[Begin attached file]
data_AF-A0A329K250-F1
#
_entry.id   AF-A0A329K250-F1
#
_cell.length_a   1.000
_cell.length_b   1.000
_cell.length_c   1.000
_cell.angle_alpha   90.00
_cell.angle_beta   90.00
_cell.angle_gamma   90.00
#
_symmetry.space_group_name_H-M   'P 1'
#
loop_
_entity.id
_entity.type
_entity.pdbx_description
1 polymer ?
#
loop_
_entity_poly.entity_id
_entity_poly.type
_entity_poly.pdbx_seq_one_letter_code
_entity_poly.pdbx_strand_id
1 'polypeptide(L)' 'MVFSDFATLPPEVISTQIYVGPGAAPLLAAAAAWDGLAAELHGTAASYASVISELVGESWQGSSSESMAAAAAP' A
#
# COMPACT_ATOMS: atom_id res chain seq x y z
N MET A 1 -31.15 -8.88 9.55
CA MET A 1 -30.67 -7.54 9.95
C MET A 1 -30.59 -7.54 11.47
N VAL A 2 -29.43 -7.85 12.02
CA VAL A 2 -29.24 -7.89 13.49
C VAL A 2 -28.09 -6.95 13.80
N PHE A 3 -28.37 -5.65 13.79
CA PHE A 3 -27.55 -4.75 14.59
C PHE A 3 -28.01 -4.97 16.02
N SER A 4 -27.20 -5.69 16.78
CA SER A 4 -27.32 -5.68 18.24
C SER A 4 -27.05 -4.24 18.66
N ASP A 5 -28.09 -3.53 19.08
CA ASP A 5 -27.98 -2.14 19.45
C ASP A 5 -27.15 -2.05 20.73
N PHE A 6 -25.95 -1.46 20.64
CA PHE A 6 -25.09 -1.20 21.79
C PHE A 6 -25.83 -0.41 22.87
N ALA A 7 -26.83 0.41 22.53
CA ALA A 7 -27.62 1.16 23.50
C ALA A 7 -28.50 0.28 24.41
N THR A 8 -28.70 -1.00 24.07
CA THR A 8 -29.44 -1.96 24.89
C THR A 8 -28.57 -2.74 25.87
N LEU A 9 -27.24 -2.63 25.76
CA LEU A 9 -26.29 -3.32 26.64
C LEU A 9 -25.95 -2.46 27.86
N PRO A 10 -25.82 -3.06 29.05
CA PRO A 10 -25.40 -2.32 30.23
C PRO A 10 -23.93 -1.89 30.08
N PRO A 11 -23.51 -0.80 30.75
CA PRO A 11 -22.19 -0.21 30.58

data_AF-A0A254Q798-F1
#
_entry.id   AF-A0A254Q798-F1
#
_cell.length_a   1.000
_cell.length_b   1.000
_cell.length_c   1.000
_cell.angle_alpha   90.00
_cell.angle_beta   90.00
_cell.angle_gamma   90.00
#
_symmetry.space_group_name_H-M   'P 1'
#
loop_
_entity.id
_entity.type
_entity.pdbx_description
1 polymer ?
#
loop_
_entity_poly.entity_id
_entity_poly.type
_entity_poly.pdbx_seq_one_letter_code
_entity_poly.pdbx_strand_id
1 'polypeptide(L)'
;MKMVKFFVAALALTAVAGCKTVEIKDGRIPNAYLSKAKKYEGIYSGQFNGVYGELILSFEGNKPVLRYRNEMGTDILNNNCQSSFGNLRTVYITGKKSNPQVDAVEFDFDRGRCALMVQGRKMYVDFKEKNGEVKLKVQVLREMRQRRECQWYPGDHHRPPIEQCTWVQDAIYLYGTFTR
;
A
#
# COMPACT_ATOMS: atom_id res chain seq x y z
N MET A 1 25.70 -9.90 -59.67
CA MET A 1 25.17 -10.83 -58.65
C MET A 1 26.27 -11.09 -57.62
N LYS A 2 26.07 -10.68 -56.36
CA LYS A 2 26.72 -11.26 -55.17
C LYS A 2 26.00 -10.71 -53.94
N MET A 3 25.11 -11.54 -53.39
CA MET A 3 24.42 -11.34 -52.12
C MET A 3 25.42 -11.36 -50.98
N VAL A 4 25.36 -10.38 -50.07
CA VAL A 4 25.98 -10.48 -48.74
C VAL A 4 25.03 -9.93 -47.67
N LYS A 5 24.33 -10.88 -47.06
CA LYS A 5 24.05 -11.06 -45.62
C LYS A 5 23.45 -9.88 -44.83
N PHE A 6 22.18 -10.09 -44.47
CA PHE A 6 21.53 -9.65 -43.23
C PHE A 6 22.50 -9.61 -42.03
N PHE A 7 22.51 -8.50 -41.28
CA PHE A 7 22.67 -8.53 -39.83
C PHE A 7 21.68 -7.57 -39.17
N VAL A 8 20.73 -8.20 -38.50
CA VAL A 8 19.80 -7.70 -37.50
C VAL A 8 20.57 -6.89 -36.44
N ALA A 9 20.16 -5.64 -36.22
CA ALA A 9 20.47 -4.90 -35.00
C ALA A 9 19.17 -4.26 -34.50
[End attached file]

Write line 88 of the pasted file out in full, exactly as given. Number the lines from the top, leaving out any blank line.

#